17 The woman said to Peter, “You are not also one of this man’s disciples, are you?” He said, “I am not.” 25 Now Simon Peter was standing and warming himself. They asked him, “You are not also one of his disciples, are you?” He denied it and said, “I am not.” 26 One of the slaves of the high priest, a relative of the man whose ear Peter had cut off, asked, “Did I not see you in the garden with him?” 27 Again Peter denied it, and at that moment the cock crowed. John 18:17, 25-27
I want you to imagine it is 1986. Some of you might remember it better than others. It is the summer and I, a 10 year-old Pastor Brad, is doing what most 10 year old boys are doing: causing trouble. My parents are not at home. They are not even in the state. They are in Maine, taking their very first vacation without kids since their honeymoon in 1968. My grandma is staying with us, watching over us, and unbeknownst to our parents, teaching us how to play poker. Grandma Schimka ruled.
Anyways, during the late afternoon 10-year old Pastor Brad is playing in the backyard with his neighbor Curt. They have played some baseball, battled it out in a light saber duel for the ages, and then got to the good stuff: attempting to blow old toys up. After some unsuccessful attempts, we take some fireworks and poppers and let them off on the edge of my backyard, right by a field that will turn into a subdivision three years later. Laughter is had. Bodily harm has mostly been avoided. Dinner time commences and we retreat to our respective homes.
Twenty minutes later, as I’m eating dinner, Curt comes to back door by our kitchen, wondering if I can come out and play. “I can’t,” I say, “I’m eating dinner.” Ok, he says. Five minutes later he comes back, with a glass of water in his hand. “I can’t come out yet,” I say. “Alright.” Curt leaves. Five more minutes go by and he comes back again. Before he says anything I say, “Curt, I’m not done yet. Sorry.” Curt then says, “Uh, I think you better come out. Your pine tree is on fire.”
We run out of the house and sure enough, our pine tree, right near where we had been playing around with fireworks, is on fire. Curt was holding the water glass trying to put it out. As my Grandma calls 911, I grabbed our hose and started to try to put it out. Eventually the fire department comes, gets it out, and everything is fine. Until they start asking questions about how this could have started. Curt and I clam up, claim we have no idea how it could have started. We denied having anything to do with it. We knew better, were taught to always tell the truth, but we were scared to death of what our parents might do to us. So we denied it. Completely.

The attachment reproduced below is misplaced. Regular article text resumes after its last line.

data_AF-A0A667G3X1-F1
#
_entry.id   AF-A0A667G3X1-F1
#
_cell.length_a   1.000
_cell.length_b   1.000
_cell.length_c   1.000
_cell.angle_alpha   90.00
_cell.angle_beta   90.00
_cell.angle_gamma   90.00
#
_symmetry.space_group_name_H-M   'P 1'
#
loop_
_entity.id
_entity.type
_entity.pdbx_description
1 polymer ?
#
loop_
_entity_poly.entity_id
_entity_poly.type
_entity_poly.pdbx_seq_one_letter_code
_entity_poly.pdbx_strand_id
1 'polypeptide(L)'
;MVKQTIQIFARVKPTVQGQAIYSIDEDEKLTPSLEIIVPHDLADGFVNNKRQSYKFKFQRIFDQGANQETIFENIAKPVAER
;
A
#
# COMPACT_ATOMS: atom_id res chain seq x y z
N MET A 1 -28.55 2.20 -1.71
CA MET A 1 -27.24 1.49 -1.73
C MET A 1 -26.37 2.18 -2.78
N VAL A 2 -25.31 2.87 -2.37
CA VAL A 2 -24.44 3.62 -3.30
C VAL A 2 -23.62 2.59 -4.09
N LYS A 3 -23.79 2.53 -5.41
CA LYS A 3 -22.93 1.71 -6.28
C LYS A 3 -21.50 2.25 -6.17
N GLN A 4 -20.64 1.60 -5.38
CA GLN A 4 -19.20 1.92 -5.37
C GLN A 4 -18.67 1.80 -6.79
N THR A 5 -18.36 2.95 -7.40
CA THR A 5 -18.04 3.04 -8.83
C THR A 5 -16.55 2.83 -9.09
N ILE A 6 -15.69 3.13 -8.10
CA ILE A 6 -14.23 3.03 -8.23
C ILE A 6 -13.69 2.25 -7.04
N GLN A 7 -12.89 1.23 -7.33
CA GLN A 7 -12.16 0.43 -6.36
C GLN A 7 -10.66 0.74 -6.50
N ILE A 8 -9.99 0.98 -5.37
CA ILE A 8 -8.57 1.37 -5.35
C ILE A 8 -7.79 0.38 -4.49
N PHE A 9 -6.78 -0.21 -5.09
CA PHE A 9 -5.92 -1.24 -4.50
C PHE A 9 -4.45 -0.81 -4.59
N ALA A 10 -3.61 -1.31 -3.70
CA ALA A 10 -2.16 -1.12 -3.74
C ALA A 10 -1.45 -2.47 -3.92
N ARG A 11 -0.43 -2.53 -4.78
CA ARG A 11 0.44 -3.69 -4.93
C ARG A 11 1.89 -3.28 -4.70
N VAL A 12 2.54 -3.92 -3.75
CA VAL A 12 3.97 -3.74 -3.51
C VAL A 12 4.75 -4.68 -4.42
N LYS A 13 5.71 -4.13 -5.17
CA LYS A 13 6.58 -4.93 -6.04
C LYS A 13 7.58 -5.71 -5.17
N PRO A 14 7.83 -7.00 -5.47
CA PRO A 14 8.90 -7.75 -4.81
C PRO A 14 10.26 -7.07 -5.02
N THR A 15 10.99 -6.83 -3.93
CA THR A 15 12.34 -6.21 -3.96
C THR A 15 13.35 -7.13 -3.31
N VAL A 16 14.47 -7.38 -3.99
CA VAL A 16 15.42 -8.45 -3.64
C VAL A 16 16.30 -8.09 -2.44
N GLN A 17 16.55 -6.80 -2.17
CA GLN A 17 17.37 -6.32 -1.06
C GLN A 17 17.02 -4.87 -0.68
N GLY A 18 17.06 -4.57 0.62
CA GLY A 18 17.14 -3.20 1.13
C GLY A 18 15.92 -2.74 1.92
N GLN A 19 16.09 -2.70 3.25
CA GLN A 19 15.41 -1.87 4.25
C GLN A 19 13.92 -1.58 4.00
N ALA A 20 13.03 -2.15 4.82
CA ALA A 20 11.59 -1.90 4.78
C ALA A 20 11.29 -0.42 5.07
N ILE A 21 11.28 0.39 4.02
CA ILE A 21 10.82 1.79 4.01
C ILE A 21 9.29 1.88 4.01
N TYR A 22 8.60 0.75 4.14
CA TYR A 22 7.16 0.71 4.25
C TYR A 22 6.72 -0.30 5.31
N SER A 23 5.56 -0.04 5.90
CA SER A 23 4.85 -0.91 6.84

Today we have a story of denial, one we might know well, Peter’s denial of Jesus after Jesus is arrested. It can be easy to be critical of Peter in this situation. Peter was Jesus’ number one disciple. Peter was the first one to confess that Jesus was the Messiah. Jesus was going to build his church on Peter, his rock. Heck, Jesus even told Peter he was going to deny him, which Peter said would never happen.
But here he is: denying Jesus. Even though Jesus told him he would, Peter denies Jesus. Why? Because he is afraid. Peter is afraid of being arrested like Jesus, Peter is afraid of something happening much worse than that. So Peter hides the truth. Just as I did. Just as we all do.
We often deny Jesus is our Lord and Savior. There are times when we don’t let our faith show. Often we do it out of fear. What will someone think of me if I confess or show my faith? What if I get made fun of? What if I get rejected? What if they think, because I’m a Christian, that I won’t accept them for who they are? Will they generalize or pigeonhole me as being this or that because of my faith?
Frankly, many times it is easy to deny our Lord and Savior, to keep our faith hidden, maybe bring it out on Sundays for church or something like that. Sometimes we justify our denial for self-preservation, other times so that we might not “offend” someone else. We can make all kinds of excuses, but the end result is the same: we are denying Jesus. The Savior who dies for us. The Savior who forgives us. The Savior who brings us to everlasting life.
The thing is, of course, is that Jesus does not deny us. Jesus bleeds and gives his life so that we might have new life. Jesus does not deny us when we come to him in prayer, when we are in need of strength, when we look for hope. Jesus does not deny us when we need to be pulled out of the abyss of grief or the black hole of despair. Jesus does not deny us when we are in need of acceptance and belonging. Jesus keeps being there, no matter what we have done, when we call on him.
And thanks be to God for that! Thank goodness that our denials of Jesus don’t keep him away. Jesus loves us, and because of that, Christ will never deny us.
I was afraid, and so I denied that I had anything to do with our tree burning down. Even when my parents came home from vacation, I didn’t fess up. But it ate at me, and a while later I admitted that it was my fault. And in admitting that, I felt new freedom, and my parents gave me forgiveness.
Lucky for us, when we do find ourselves hiding and denying our faith, when we come to our Savior in repentance, we receive that forgiveness. May the Holy Spirit come into our hearts so that we would not deny our Savior but live boldly in faith, not ashamed of our faith but celebrating. After all, our Savior has given us everything we need in this life and will be with us always. For that we can say, “Thanks be to God!” Amen